Biden warns on violence in calls with Iraqi leaders

AFP , Saturday 25 May 2013

US Vice President Joe Biden gave Iraqi Prime Minister Nuri al-Maliki a call Friday, pledging continuing support for the government

US Vice President Joe Biden called Iraq's Prime Minister Nuri al-Maliki Friday amid anxiety over a rash of bombings and violence in the country and the situation in Syria, the White House said.

"The vice president expressed concern about the security situation in Iraq and pledged continued US support for Iraq in its fight against terrorism," said a statement from Biden's office.

A wave of bombings and attacks across Iraq has killed 420 people so far this month and has sparked fears of a return to widespread sectarian violence.

Biden also raised the importance of Maliki reaching out to leaders across the political spectrum, the White House said, and both men stressed the need for a negotiated settlement to end Syria's vicious civil war.

Washington has been piling pressure on Iraq to step up searches of Iranian flights routed over its territory heading for Syria.

US Secretary of State John Kerry had previously publicly accused Iraq of turning a blind eye to what Washington says are Iranian military shipments to the regime of Syrian President Bashar al-Assad.

On Thursday, Biden called Iraqi Kurdish leader Massud Barzani and Iraqi Council of Representatives speaker Osama Nujayfi.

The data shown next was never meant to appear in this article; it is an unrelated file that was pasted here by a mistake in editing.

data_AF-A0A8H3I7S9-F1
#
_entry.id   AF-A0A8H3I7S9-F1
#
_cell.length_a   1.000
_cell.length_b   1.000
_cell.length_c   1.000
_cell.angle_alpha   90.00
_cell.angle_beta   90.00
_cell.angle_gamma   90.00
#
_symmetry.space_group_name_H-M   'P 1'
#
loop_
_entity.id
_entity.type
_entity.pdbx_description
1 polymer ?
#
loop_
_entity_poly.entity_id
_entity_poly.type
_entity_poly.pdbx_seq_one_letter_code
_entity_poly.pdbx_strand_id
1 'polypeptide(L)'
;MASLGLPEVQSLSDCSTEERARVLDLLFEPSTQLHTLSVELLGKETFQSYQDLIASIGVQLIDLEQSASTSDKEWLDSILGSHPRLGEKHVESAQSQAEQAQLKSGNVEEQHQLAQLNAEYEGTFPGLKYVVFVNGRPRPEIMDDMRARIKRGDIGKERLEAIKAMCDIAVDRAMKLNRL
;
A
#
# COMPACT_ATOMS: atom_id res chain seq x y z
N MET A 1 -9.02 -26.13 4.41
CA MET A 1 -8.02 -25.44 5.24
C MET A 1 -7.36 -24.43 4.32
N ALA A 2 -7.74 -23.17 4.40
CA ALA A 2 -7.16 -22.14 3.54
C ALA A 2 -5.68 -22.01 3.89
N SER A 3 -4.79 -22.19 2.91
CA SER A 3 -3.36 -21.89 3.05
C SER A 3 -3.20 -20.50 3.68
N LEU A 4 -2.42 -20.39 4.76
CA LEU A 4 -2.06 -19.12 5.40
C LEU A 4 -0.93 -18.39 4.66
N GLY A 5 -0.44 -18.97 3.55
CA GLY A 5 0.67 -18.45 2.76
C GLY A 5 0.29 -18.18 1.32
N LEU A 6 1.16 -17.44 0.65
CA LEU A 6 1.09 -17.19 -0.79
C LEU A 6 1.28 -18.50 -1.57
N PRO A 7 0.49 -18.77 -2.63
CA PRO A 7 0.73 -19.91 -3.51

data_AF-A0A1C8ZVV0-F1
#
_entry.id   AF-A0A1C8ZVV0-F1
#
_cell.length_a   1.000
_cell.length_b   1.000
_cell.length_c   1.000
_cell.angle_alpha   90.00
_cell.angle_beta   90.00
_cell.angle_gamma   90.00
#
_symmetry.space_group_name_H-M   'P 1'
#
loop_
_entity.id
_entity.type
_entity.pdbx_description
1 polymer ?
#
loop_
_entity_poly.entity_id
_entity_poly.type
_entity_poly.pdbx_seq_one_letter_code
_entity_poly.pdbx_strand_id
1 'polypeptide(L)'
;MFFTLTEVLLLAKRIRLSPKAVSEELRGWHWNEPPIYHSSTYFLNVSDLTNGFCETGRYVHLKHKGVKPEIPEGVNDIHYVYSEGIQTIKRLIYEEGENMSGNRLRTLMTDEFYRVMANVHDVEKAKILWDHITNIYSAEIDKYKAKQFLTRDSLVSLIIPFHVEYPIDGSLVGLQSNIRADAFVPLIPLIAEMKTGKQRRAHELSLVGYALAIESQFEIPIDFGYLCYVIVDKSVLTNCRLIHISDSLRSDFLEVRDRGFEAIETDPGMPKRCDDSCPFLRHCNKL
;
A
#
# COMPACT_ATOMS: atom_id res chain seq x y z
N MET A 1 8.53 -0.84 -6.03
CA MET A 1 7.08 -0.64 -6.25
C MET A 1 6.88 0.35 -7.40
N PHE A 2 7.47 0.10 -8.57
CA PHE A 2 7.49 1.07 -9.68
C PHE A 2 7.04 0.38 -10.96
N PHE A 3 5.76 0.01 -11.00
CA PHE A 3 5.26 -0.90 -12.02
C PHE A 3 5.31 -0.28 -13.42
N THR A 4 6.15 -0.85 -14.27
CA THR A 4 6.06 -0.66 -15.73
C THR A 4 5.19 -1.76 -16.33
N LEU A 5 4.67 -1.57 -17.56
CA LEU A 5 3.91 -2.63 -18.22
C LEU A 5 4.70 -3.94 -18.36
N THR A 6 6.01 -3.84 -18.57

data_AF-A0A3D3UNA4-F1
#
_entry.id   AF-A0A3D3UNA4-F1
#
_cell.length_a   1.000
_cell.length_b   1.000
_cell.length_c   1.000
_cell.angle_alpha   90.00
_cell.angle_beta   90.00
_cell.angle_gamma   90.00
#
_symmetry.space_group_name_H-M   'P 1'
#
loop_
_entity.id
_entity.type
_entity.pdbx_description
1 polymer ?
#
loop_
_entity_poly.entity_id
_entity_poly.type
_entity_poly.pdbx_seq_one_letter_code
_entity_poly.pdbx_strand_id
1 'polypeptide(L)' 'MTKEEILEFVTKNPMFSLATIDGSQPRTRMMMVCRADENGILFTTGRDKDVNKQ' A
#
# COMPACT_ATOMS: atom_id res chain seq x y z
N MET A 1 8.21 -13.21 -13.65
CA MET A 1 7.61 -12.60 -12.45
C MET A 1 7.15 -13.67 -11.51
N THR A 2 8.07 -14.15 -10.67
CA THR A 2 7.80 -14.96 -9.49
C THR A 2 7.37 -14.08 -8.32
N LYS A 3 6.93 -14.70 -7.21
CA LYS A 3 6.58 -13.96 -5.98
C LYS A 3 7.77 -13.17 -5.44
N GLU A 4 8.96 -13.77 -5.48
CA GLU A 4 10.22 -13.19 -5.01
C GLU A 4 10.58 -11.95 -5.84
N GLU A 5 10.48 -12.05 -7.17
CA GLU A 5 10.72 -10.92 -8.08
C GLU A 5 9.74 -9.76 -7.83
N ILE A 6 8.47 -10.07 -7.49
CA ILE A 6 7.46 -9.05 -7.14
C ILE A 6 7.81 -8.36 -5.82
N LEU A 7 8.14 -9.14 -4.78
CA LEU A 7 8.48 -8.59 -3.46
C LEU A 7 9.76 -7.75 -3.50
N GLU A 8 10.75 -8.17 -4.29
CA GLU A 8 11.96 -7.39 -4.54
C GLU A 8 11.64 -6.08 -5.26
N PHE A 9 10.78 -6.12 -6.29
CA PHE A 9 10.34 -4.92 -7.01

Biden told Barzani that he commended a decision by Kurdish ministers and members of parliament to end a boycott and return to work in Baghdad.

Speaking to Nujayfi, a Sunni leader who has been at odds with Maliki, Biden "expressed concern about the security situation in Iraq, stressing the need for all of Iraq's political leadership to unequivocally renounce violence and seek to marginalize extremists," a statement said.

Biden managed the political side of the US withdrawal from Iraq and maintains contacts with the leaders of various factions in the country's fractious political system.

Violence in Iraq has fallen from its peak in 2006 and 2007 but attacks are still common, killing more than 200 people in each of the first five months of this year, according to AFP figures.

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